The latest word on lung cancer screening was just published in a recent New England Journal of Medicine. In this trial, participants at high risk of getting lung cancer were given either annual chest x-rays or spiral CT scans for three years. There was an annual analysis of new lung cancer cases and deaths in each group.
At the end of the study the results were revealed: those who had undergone regular CT scanning had a 20% reduction in lung cancer mortality. (See graphs below for details.) How can we put this in perspective; is this a game-changer in the cancer detection field?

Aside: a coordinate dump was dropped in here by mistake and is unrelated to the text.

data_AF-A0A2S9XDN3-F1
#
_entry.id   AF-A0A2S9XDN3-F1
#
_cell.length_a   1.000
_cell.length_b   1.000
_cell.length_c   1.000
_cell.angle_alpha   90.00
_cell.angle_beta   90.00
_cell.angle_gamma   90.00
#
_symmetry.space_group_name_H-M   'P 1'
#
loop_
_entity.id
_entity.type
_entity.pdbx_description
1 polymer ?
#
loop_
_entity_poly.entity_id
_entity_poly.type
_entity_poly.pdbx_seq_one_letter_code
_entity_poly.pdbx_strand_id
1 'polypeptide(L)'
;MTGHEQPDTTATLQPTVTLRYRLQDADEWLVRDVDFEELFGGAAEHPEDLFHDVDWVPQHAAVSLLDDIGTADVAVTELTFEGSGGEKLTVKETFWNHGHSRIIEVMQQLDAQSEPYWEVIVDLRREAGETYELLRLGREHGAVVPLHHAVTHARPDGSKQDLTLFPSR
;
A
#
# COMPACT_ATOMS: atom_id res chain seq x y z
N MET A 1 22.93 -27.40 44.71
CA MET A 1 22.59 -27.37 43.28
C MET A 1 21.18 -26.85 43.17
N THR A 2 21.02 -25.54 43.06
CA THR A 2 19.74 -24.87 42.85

First of all, the absolute number of lung cancer cases in each group was small, only slightly more than 1% of the participants in each group. With a 20% difference in mortality hundreds of people would need to be screened to reduce mortality by one person. No attempt was made in this trial to assess the cost of saving that life.